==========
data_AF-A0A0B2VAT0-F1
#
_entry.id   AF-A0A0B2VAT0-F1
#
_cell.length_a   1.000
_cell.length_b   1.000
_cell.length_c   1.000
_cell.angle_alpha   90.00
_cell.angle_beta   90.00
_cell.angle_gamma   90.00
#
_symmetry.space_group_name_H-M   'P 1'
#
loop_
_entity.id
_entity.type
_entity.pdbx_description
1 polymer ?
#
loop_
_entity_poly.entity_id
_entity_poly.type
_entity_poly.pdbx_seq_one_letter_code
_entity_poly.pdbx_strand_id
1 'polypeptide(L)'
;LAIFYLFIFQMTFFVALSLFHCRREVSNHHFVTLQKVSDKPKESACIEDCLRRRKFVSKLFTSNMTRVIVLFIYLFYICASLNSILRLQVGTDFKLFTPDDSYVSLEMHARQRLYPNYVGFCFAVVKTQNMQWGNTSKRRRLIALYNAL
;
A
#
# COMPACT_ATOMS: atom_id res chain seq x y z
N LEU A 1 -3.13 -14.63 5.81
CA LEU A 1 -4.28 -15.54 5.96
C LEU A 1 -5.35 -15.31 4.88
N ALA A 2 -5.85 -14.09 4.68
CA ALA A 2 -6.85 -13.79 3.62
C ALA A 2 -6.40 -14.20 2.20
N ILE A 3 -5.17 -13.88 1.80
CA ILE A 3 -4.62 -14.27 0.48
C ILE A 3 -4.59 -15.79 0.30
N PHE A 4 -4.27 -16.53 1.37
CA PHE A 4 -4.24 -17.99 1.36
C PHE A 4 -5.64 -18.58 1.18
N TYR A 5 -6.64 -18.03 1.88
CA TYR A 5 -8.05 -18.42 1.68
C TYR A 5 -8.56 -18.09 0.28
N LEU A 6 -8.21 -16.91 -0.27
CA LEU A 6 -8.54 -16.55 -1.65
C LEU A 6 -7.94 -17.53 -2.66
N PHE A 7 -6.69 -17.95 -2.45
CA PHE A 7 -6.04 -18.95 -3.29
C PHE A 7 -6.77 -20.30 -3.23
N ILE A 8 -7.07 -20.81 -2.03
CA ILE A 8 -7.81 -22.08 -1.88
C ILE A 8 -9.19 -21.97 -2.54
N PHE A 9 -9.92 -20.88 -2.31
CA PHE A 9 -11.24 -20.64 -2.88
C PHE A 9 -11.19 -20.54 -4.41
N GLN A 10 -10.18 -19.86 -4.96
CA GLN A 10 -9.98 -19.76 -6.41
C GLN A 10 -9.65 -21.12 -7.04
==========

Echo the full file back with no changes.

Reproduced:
data_AF-A0A0B2VAT0-F1
#
_entry.id   AF-A0A0B2VAT0-F1
#
_cell.length_a   1.000
_cell.length_b   1.000
_cell.length_c   1.000
_cell.angle_alpha   90.00
_cell.angle_beta   90.00
_cell.angle_gamma   90.00
#
_symmetry.space_group_name_H-M   'P 1'
#
loop_
_entity.id
_entity.type
_entity.pdbx_description
1 polymer ?
#
loop_
_entity_poly.entity_id
_entity_poly.type
_entity_poly.pdbx_seq_one_letter_code
_entity_poly.pdbx_strand_id
1 'polypeptide(L)'
;LAIFYLFIFQMTFFVALSLFHCRREVSNHHFVTLQKVSDKPKESACIEDCLRRRKFVSKLFTSNMTRVIVLFIYLFYICASLNSILRLQVGTDFKLFTPDDSYVSLEMHARQRLYPNYVGFCFAVVKTQNMQWGNTSKRRRLIALYNAL
;
A
#
# COMPACT_ATOMS: atom_id res chain seq x y z
N LEU A 1 -3.13 -14.63 5.81
CA LEU A 1 -4.28 -15.54 5.96
C LEU A 1 -5.35 -15.31 4.88
N ALA A 2 -5.85 -14.09 4.68
CA ALA A 2 -6.85 -13.79 3.62
C ALA A 2 -6.40 -14.20 2.20
N ILE A 3 -5.17 -13.88 1.80
CA ILE A 3 -4.62 -14.27 0.48
C ILE A 3 -4.59 -15.79 0.30
N PHE A 4 -4.27 -16.53 1.37
CA PHE A 4 -4.24 -17.99 1.36
C PHE A 4 -5.64 -18.58 1.18
N TYR A 5 -6.64 -18.03 1.88
CA TYR A 5 -8.05 -18.42 1.68
C TYR A 5 -8.56 -18.09 0.28
N LEU A 6 -8.21 -16.91 -0.27
CA LEU A 6 -8.54 -16.55 -1.65
C LEU A 6 -7.94 -17.53 -2.66
N PHE A 7 -6.69 -17.95 -2.45
CA PHE A 7 -6.04 -18.95 -3.29
C PHE A 7 -6.77 -20.30 -3.23
N ILE A 8 -7.07 -20.81 -2.03
CA ILE A 8 -7.81 -22.08 -1.88
C ILE A 8 -9.19 -21.97 -2.54
N PHE A 9 -9.92 -20.88 -2.31
CA PHE A 9 -11.24 -20.64 -2.88
C PHE A 9 -11.19 -20.54 -4.41
N GLN A 10 -10.18 -19.86 -4.96
CA GLN A 10 -9.98 -19.76 -6.41
C GLN A 10 -9.65 -21.12 -7.04